Foreign minister Peter Szijjarto – Photo: Facebook

Szijjarto: Global majority wants peace in Ukraine

Contrary to what the world's liberal political and media sphere says, the global majority, much like Hungary, clearly wants peace in Ukraine as soon as possible, Foreign Minister Peter Szijjarto said in Budapest on Tuesday.
6. June 2023 16:48

Europe is facing its most serious security and economic challenges since the second world war, Szijjarto told an international conference organised by Mathias Corvinus Collegium (MCC), according to a ministry statement. Moreover, the risk of escalation is greater than ever before, while Europeans are in no way responsible for the outbreak of the war, he added.

“The fact that there are European political leaders who suffer from an increasingly worsening war psychosis is another matter,” Szijjarto said. “It also must be made clear that this is not the European people’s war, but all Europeans are paying the price for it.”

He criticised the European Union’s sanctions policy and that the bloc had “allowed the United States to provoke it into a race to see who delivers more weapons to Ukraine”.

The EU has seen a steep fall in its competitiveness, and energy prices are several times higher than in the US and China, the minister said. Meanwhile, he said that while the US Inflation Reduction Act put American businesses at an advantage, “Brussels bureaucracy” was forcing decisions that hurt all European companies.

“What’s more, the war is taking place here and its impact is much stronger in Europe,” he said.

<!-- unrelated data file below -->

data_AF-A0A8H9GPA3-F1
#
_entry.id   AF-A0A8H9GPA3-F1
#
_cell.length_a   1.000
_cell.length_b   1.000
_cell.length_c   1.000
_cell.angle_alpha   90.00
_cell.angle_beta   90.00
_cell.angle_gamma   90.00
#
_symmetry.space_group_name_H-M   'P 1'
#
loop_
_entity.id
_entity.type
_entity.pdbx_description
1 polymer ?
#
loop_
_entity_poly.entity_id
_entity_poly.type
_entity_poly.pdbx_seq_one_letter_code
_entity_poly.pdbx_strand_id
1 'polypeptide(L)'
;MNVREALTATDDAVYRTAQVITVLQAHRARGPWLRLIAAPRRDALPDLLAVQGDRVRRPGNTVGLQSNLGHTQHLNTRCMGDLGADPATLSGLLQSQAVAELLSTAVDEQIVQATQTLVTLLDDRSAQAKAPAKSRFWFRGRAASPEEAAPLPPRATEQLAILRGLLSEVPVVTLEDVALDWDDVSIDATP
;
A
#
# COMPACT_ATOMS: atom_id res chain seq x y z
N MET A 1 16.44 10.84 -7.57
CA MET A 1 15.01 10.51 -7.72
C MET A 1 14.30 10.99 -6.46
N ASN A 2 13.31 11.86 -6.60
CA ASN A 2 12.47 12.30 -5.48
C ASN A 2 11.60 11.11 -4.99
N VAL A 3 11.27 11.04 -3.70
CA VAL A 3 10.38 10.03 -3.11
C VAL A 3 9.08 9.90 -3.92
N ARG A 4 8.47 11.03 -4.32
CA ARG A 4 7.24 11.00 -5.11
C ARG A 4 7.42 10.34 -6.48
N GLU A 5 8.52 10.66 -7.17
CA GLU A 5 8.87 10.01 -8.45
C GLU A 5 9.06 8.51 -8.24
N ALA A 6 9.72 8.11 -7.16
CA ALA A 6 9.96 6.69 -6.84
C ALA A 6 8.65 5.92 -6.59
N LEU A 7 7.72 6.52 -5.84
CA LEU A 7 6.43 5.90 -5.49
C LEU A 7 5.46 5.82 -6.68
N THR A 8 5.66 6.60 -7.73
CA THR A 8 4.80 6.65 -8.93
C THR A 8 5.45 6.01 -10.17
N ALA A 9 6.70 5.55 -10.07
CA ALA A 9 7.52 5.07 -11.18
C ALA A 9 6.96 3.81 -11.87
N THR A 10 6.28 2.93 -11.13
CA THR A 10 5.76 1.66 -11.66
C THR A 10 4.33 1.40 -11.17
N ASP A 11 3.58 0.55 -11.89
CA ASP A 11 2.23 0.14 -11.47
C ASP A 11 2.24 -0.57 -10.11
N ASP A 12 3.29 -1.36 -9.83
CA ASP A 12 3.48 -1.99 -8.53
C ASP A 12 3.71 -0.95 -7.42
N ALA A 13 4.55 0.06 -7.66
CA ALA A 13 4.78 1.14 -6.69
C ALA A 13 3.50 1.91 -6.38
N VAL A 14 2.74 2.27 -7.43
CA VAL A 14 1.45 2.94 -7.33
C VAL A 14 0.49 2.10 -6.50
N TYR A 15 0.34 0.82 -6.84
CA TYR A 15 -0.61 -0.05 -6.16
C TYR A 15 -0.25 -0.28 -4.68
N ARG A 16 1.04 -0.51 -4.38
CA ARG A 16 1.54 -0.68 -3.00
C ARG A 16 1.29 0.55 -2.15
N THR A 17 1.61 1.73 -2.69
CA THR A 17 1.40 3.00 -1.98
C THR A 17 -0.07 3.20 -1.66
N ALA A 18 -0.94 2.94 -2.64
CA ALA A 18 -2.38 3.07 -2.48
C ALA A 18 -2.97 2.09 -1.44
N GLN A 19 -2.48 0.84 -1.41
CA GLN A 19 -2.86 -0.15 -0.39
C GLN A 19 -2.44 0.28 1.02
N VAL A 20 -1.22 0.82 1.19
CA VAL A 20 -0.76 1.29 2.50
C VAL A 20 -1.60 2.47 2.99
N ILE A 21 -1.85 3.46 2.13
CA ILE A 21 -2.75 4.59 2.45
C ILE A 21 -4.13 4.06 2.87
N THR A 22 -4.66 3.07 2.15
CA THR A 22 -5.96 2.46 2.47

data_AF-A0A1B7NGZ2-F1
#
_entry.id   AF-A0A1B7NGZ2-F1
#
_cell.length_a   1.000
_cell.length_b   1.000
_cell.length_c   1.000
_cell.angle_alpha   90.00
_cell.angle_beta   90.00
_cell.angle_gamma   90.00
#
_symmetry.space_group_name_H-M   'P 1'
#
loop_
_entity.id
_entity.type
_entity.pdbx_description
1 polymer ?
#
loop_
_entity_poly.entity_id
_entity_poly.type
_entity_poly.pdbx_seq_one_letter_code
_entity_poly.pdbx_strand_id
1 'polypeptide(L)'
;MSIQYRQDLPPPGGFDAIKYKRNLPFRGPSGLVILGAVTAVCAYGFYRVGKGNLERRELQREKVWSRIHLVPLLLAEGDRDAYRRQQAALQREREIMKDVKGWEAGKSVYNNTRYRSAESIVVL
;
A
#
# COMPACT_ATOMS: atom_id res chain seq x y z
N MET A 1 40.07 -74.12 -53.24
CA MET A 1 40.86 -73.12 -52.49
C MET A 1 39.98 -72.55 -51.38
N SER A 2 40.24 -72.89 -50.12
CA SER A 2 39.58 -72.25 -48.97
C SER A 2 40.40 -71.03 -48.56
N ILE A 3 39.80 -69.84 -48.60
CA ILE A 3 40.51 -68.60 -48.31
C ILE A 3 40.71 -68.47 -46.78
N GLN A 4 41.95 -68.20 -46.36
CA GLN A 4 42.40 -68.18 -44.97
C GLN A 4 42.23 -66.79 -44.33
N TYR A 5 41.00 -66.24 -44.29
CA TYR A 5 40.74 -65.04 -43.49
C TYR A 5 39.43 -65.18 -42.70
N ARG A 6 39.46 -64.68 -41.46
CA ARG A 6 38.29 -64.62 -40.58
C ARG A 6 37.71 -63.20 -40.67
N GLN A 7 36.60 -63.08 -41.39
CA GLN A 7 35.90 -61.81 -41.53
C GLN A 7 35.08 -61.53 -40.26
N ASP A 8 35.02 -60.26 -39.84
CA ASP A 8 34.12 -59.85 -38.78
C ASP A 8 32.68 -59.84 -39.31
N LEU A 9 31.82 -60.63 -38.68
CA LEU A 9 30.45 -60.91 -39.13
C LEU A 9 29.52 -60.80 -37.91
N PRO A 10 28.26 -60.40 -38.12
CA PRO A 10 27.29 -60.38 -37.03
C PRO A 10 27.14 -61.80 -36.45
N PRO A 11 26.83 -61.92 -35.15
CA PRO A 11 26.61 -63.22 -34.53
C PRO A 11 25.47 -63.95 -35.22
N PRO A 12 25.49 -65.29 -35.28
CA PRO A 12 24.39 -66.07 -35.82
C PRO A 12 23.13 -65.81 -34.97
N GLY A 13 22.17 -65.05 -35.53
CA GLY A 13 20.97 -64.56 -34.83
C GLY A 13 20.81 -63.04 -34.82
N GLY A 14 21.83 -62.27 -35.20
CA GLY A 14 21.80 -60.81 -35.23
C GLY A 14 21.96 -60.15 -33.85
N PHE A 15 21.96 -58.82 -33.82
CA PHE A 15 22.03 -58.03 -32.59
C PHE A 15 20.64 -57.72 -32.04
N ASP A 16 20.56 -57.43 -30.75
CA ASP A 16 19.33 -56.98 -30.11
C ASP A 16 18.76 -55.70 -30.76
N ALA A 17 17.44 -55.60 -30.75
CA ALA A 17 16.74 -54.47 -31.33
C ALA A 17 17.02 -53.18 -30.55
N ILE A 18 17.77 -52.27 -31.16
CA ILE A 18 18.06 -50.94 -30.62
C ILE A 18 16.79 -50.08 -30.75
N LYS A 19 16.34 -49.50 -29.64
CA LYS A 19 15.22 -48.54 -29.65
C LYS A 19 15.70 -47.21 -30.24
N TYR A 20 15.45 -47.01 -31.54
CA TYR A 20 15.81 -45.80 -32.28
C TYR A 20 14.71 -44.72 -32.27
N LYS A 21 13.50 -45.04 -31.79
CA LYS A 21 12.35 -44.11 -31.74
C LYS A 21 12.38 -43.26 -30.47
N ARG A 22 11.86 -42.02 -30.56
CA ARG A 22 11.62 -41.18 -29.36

The sanctions that have been introduced have failed to bring Russia to its knees and end the fighting, he said, adding that they had hurt Europe more than they had Russia.

“One year, three months and two weeks after the start of the war, during the debate on the eleventh sanctions package, I think it is clear to everyone, that the sanctions have failed to achieve either of their two goals,” Szijjarto said.

He warned that escalation always had the most serious effect on neighbouring countries, which was why, he said, Hungary was in a particularly difficult situation, not least because Hungarians were also dying in the war.

“And we don’t want more Hungarians do die, just like we don’t want anyone of any other nationality to die in this war,” the minister said.

“That is one of the reasons why we demand an immediate ceasefire and a start to peace talks that can at least offer hope of a sustainable peace ensuring long-term security in our region,” Szijjarto added.

He said one serious consequence of the war was the re-emergence of blocs in the world, which, he said, was “completely against the interests of central Europe”. He also raised the question of where the tens of thousands of weapons delivered to Ukraine may end up in the coming years.

Szijjarto said while western Europeans wanted to “decouple” the European and Chinese economies, major business executives were constantly asking Hungary to convince Chinese companies to invest in their area.

He also emphasised that there were several places in the world where just a fraction of the weapons sent to Ukraine could lead to “serious catastrophes, security crises and instability”.

Szijjarto said the world was “bigger than Europe”, adding that the global majority wanted peace. “We therefore mustn’t believe the mainstream liberal political and media sphere of the transatlantic world, because they’re trying to convince us that the rest of the world agrees with what we in the transatlantic region say, hear or want to say and want to hear,” he added.

But he said though the pro-peace side was under “constant pressure” from those who were “pro-war”, there was not a single Foreign Affairs Council meeting where at least some of his counterparts did not ask him in private to be “tough” on his stance.

“So that’s the situation that we’re in, but this shouldn’t discourage us from looking at this whole thing from a Hungarian perspective,” Szijjarto said.

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